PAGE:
|Ahead of print publication
Organ shortage: Can educating the medical students be the key?
Department of Anatomy, Symbiosis International (Deemed) University, Symbiosis Medical College for Women, Pune, Maharashtra, India
|Date of Submission||11-May-2020|
|Date of Decision||03-Jul-2020|
|Date of Acceptance||27-Jul-2020|
Department of Anatomy, Symbiosis International (Deemed) University, Symbiosis Medical College for Women, Lavale, Pune, Maharashtra
Source of Support: None, Conflict of Interest: None
Shortage of organs for transplant is a challenge faced all over the world. The medical care professionals acting as a bridge between the potential donors and the recipients educate the general public about organ donation, encouraging them to register for it. They also have the ability to recognize a potential donor, counsel the donor and their family to donate organs and thus they have a crucial contribution to solving the problem of organ shortage.
Research into the knowledge and attitude of medical students toward organ donation has revealed that while they have a positive attitude toward organ donation, their level of knowledge regarding the types of donors, concept of brain death, laws governing the activity, and the related ethical issues is very poor and that medical students do not possess the knowledge about organ donation that is sufficient to maximize procurement of organs. Many medical students have revealed that while very few of them have acquired the knowledge of organ donation from their Medical Colleges, many more of them have acquired it by reading newspapers and other articles. Newspaper articles have been known to be misleading, sporting incorrect, and sometimes exaggerated information.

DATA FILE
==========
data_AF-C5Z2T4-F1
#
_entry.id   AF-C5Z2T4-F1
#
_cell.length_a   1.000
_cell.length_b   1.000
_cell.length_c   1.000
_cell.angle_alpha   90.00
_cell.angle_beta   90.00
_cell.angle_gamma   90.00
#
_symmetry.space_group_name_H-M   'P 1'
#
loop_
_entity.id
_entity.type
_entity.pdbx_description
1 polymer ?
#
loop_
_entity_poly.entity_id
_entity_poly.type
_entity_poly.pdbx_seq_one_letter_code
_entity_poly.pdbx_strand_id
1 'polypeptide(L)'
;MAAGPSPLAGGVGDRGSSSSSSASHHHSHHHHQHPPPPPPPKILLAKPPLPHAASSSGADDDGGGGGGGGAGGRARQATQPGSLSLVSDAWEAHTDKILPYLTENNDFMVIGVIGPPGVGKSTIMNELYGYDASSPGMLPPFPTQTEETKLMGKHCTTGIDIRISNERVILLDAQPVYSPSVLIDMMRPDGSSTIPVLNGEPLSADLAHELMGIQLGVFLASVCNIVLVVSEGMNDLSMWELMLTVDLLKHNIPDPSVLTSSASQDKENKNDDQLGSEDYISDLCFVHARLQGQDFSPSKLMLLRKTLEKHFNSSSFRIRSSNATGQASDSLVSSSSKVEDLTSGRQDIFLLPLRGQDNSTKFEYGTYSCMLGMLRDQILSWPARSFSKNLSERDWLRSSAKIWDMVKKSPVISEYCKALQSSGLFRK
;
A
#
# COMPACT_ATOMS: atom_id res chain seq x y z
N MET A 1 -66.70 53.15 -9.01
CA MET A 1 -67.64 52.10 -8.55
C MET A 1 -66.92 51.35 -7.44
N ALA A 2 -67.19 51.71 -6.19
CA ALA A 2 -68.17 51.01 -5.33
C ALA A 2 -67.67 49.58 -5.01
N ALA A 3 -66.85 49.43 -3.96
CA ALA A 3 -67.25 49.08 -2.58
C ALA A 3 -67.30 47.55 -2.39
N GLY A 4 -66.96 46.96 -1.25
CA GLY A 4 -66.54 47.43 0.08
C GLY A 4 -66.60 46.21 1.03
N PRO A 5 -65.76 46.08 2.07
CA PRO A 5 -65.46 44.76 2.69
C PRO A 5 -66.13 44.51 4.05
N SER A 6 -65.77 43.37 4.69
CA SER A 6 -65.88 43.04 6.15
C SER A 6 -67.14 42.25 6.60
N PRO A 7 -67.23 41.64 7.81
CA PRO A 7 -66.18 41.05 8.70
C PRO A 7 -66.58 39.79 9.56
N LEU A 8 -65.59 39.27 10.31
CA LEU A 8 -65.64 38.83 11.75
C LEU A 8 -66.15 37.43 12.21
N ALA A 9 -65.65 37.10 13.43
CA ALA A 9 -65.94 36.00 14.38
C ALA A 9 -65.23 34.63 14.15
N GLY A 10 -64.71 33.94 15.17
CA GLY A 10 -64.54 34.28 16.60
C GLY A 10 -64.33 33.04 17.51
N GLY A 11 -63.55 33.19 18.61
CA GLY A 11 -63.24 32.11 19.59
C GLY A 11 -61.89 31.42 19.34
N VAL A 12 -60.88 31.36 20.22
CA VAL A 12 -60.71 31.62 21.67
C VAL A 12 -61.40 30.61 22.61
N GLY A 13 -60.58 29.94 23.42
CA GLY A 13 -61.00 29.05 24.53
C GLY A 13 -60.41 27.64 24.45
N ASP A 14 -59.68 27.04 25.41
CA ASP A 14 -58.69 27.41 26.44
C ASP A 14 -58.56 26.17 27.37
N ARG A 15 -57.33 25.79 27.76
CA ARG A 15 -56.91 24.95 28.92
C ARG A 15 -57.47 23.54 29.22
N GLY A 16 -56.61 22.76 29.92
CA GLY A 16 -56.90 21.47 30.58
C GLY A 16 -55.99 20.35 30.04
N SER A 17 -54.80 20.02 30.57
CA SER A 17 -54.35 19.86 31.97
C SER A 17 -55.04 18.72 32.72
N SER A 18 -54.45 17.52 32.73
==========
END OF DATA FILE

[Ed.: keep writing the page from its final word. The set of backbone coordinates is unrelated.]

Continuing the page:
Thus, today teaching interventions are required at the level of medical colleges to educate the medical students regarding various aspects of organ donation.
It is time to appeal to the medical council of India to make organ donation-related education a mandatory part of the New Medical Curriculum which stresses on early clinical exposure as well education of medical students in attitude, ethics, and communication skills. Education regarding organ donation should begin right in the Phase 1, through teaching interventions regarding the physiology of the organs from point of view of organ functioning, effects of its failure and anatomical aspects relevant in transplant surgery. Aspects of organ donation such as infection, rejection of transplanted organs, the pathology, and related immunotherapy could be introduced in the Phase 2. The crucial concept of brain death, its diagnosis and declaration and its role in organ donation can be taught in Phase 3 along with the surgical, social, and legal aspects of organ donation. Medical students could be encouraged to take up electives in relation to organ donation-related activities.
A medical student empowered with this education will be a well-directed and motivated disseminator of this important knowledge in the society and could be pivotal in solving the challenge of organ shortage.
| References|| |
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